“Well, I mean, All Lives Matter...”
My daughter said this in rebuttal to seeing a Black Lives Matter sign on the church lawn of an all white church. I knew she did not get that statement from me, it must’ve been something she brought home from the lunch table or the playground at school…
“It’s true", I said, "All lives do matter. But to say that in response to Black Lives Matter is not only insulting to me and your dad but to every black relative whose DNA you carry with you today. Where the **** did you hear that? I know it wasn’t uttered by anyone in authority in this house.”
She was puzzled, her sister was shocked, and I was incensed. I wasn’t mad at her. I was mad at myself. I was once again failing my black child.
Raising kids in a white environment or a multicultural environment that “respects all cultures” can afford you the unfortunate luxury of losing yourself and your culture as you attempt to blend in harmony. Your culturally significant struggle is often ignored or unrecognized in the school’s attempt to whitewash a togetherness and reality, that in the real world, does not exist. I don’t care how colorblind you think you are, it does not exist. And if you do think it does exist, especially in our current polarized environment, keep reading...
I looked at my child through the rearview mirror. And this is almost all of what I said...
“Did all lives matter when the Constitution said that black people are 3/5 human?”
“How about when the 15th amendment came through for black men but not black women? You could not vote. Did all lives matter then?”
“Will all lives matter when you leave your safe school environment and you’re more likely to die at the hands of the police for something basic, than your white peers?”
“Listen. There are little black girls that look just like you whose teachers, neighbors, community leaders, and even family members see them as sexualized, difficult, ignorant, and unintelligent, social pariahs. Do you feel like that at school?”
“Are you aware of the school to prison pipeline?”
“Lucky you... Some kids are, even though they don’t know what it’s called, they know that prison is often what’s next after their inadequately funded schooling. You’re fortunate to live in an environment where who you are, how kind you are, how intelligent you are is appreciated and acknowledge. Your humanity is elevated. Not all black girls have that privilege. And it shouldn’t be a privilege!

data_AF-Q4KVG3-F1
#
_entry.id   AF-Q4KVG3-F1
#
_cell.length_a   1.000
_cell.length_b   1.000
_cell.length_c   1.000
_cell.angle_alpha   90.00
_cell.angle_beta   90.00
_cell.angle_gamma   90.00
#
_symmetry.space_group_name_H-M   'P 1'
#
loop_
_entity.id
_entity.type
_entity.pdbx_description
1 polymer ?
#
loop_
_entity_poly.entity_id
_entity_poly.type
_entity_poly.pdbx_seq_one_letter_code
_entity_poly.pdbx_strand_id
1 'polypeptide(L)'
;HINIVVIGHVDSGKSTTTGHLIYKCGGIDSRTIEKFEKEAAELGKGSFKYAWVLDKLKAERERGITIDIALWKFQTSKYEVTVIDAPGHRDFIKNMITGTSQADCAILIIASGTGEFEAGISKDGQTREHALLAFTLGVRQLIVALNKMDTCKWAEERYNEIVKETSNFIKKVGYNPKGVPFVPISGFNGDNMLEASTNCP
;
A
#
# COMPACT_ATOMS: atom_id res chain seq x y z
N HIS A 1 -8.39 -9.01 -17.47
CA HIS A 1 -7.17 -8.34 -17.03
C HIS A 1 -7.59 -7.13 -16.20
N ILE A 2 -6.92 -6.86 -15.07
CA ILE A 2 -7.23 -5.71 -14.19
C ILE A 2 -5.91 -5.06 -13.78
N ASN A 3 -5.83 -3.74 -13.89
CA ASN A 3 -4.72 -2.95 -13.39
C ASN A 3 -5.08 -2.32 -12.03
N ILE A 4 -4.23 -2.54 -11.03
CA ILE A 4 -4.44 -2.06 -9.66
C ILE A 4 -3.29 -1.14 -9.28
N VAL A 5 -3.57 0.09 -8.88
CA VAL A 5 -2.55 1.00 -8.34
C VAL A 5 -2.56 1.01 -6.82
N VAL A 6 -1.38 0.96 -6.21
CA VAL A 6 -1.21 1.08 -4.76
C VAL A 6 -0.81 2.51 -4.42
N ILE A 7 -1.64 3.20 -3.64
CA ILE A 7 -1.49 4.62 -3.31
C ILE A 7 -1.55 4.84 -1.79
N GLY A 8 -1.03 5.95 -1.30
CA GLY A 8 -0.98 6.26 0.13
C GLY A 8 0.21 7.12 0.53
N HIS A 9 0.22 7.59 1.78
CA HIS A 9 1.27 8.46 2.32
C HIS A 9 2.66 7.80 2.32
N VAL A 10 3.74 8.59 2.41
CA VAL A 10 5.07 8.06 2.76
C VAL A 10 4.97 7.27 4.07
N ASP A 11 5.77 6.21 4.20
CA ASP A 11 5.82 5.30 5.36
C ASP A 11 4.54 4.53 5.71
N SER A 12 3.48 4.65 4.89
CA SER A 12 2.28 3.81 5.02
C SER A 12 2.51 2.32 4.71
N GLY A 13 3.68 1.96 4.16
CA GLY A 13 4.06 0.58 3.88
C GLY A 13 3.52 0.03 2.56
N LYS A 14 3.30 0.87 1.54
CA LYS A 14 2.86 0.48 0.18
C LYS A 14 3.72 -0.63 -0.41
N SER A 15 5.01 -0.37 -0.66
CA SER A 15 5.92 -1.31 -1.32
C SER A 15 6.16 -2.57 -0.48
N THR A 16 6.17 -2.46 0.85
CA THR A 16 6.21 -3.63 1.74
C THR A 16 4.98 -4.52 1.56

Your father and I work hard, we kill ourselves so that you can partake in that privilege. It should not be a privilege... But don’t get it twisted. Where you go to school is a bubble. It’s not like this everywhere for people that look like you and to say “All Lives Matter” in response to someone acknowledging that Black Lives Matter, especially if that person is white, is an insult.
For a white person or a white church to acknowledge that Black Lives do indeed Matter means that they are stepping aside to acknowledge the humanity in black people that historically has been ignored by individuals and institutions. They’re saying that yes, all life is important but we do get that our black friends, neighbors, and family are experiencing a struggle that may in fact jeopardize their existence and we are not ok with that.
You cannot step in their way. You cannot dismiss that effort. And you cannot encourage any All Lives Matter BS when you know how much work it took to get you here in this car at this moment. How much rape and trafficking and forced domestic labor occurred to get you here? How much Jim Crow and legalized terrorism got you here? How much surviving and tears and disappointment got you here... by Black women and girls that look just. like. YOU. So yes, all lives matter, but until all black girls can confidently say this, without reservation... you will not utter those words again.”
The car fell silent. I was mad at myself because I had become too distracted by the daily grind to remind my kids of who they were.
More from us about intersectionality and parenting:
I'm a former teacher and former college athlete, currently working in edtech. My mission is to get parents to partner with their child's teacher.